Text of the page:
The magnetic field produced by a main winding includes some associated third and higher harmonic magnetic field components. The controlled non-linearity provided by the correction winding may augment or diminish the third and higher harmonic components of the magnetic field produced by the main winding, depending on the placement of the correction windings on the CRT neck and their number of turns. Both augmenting and diminishing are referred to herein as modification of the harmonics.
The main winding of deflection coil 12 comprises longitudinal sections 20 and 21, each of which is made from n turns of wire running longitudinally to the CRT neck. As used herein the term "longitudinal" means formed for engagement with the neck and rear bulb of a CRT and running substantially in line between the gun end of the CRT and the screen end, as opposed to running across the neck of a CRT.
The individual turns of longitudinal sections 20 and 21 are serially connected at the gun end 19 of the yoke by a first transverse section 23 also comprising n turns. The correction winding of deflection coil 12 comprises a third and fourth longitudinal section 24 and 25 to provide controlled non-linearity in the magnetic fields of the CRT neck. Each longitudinal correction winding 24 and 25 comprises m-turns and is connected to the other longitudinal correction winding by a transverse section 26 of m-turns. Deflection coil 12 also includes a transverse section 22 of n-m turns extending from a point 30 to a point 31 to connect n-m conductors of longitudinal section 21 to the same number of conductors in longitudinal section 20.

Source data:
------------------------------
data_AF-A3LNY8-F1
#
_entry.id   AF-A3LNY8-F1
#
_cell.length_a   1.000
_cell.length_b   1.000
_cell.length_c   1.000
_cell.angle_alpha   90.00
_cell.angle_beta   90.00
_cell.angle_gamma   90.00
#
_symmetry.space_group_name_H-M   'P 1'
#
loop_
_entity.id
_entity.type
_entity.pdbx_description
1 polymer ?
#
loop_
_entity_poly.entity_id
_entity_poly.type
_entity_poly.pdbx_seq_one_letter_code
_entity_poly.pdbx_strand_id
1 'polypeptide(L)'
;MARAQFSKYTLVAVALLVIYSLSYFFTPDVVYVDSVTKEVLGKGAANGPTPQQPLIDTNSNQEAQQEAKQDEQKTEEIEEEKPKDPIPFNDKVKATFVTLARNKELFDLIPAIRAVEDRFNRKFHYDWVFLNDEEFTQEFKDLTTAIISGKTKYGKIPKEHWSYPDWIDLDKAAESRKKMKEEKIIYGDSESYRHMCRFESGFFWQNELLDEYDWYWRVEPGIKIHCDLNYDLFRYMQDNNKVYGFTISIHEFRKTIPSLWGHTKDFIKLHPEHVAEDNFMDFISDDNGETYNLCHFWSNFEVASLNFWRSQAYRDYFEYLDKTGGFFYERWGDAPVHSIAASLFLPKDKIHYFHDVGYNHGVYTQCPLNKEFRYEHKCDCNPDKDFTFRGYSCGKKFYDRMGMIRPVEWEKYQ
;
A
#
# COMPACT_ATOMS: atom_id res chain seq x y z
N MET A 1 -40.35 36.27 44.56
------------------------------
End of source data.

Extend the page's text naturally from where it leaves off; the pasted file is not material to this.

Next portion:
The coil 12 is series wound from a single conductor connected between energizing conductors 15 and 16. Two types of turns are used to build coil 12. The first type is a main winding turn which starts, for example, at point 33 and runs around the perimeter sections 21, 22, 20 and 23 of coil 12 in a clockwise direction in FIG. 2. The second type of turn is used in the correction winding. Each of the second type turns adds to the main winding through longitudinal sections 20 and 21 and also forms the correction winding. Again, starting from point 33 the correction winding turns run along section 21 to point 30 where they continue to form sections 25, 26 and 24 in sequence. At point 31, the second type of turn continues in a clockwise direction along sections 20 and 23 back to point 33. When a signal of a first polarity is applied between energizing conductors 15 and 16, a current I flows through each conductor of each coil section in the direction of arrow 34.
The longitudinal sections 20, 21, 24 and 25 are used to create the deflection controlling field of this embodiment. To be considered longitudinal, a section runs substantially along the neck of the CRT rather than transverse to it. Depending on the type of field to be produced, these longitudinal sections may include some transverse displacement but this is minor when compared to the displacement along the Z axis.